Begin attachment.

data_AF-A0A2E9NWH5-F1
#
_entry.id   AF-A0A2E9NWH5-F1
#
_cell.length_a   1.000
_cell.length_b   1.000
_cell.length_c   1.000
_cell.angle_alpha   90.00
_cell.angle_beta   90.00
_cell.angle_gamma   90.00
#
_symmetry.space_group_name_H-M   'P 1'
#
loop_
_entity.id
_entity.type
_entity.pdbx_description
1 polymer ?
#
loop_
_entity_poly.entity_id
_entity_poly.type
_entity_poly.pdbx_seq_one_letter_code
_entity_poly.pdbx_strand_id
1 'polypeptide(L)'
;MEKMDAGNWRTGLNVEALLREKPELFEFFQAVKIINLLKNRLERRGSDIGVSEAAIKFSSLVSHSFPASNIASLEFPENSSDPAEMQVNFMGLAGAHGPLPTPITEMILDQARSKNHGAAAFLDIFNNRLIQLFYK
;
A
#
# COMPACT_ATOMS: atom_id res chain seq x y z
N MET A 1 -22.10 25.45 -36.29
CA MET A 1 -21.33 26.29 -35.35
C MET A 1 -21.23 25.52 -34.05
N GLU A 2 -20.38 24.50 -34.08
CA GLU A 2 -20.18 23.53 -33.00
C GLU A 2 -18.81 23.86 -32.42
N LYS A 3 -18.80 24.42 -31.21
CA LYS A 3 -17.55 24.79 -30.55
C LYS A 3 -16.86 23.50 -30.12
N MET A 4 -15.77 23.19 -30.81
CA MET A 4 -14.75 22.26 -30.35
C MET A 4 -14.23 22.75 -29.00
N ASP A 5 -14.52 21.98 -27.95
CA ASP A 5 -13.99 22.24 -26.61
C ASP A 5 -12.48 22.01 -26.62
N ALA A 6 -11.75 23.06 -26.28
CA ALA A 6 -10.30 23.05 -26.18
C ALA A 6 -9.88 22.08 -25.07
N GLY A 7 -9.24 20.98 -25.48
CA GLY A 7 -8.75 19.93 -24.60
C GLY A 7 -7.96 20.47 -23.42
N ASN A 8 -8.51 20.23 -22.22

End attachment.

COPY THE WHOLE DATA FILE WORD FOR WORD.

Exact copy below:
data_AF-A0A2E9NWH5-F1
#
_entry.id   AF-A0A2E9NWH5-F1
#
_cell.length_a   1.000
_cell.length_b   1.000
_cell.length_c   1.000
_cell.angle_alpha   90.00
_cell.angle_beta   90.00
_cell.angle_gamma   90.00
#
_symmetry.space_group_name_H-M   'P 1'
#
loop_
_entity.id
_entity.type
_entity.pdbx_description
1 polymer ?
#
loop_
_entity_poly.entity_id
_entity_poly.type
_entity_poly.pdbx_seq_one_letter_code
_entity_poly.pdbx_strand_id
1 'polypeptide(L)'
;MEKMDAGNWRTGLNVEALLREKPELFEFFQAVKIINLLKNRLERRGSDIGVSEAAIKFSSLVSHSFPASNIASLEFPENSSDPAEMQVNFMGLAGAHGPLPTPITEMILDQARSKNHGAAAFLDIFNNRLIQLFYK
;
A
#
# COMPACT_ATOMS: atom_id res chain seq x y z
N MET A 1 -22.10 25.45 -36.29
CA MET A 1 -21.33 26.29 -35.35
C MET A 1 -21.23 25.52 -34.05
N GLU A 2 -20.38 24.50 -34.08
CA GLU A 2 -20.18 23.53 -33.00
C GLU A 2 -18.81 23.86 -32.42
N LYS A 3 -18.80 24.42 -31.21
CA LYS A 3 -17.55 24.79 -30.55
C LYS A 3 -16.86 23.50 -30.12
N MET A 4 -15.77 23.19 -30.81
CA MET A 4 -14.75 22.26 -30.35
C MET A 4 -14.23 22.75 -29.00
N ASP A 5 -14.52 21.98 -27.95
CA ASP A 5 -13.99 22.24 -26.61
C ASP A 5 -12.48 22.01 -26.62
N ALA A 6 -11.75 23.06 -26.28
CA ALA A 6 -10.30 23.05 -26.18
C ALA A 6 -9.88 22.08 -25.07
N GLY A 7 -9.24 20.98 -25.48
CA GLY A 7 -8.75 19.93 -24.60
C GLY A 7 -7.96 20.47 -23.42
N ASN A 8 -8.51 20.23 -22.22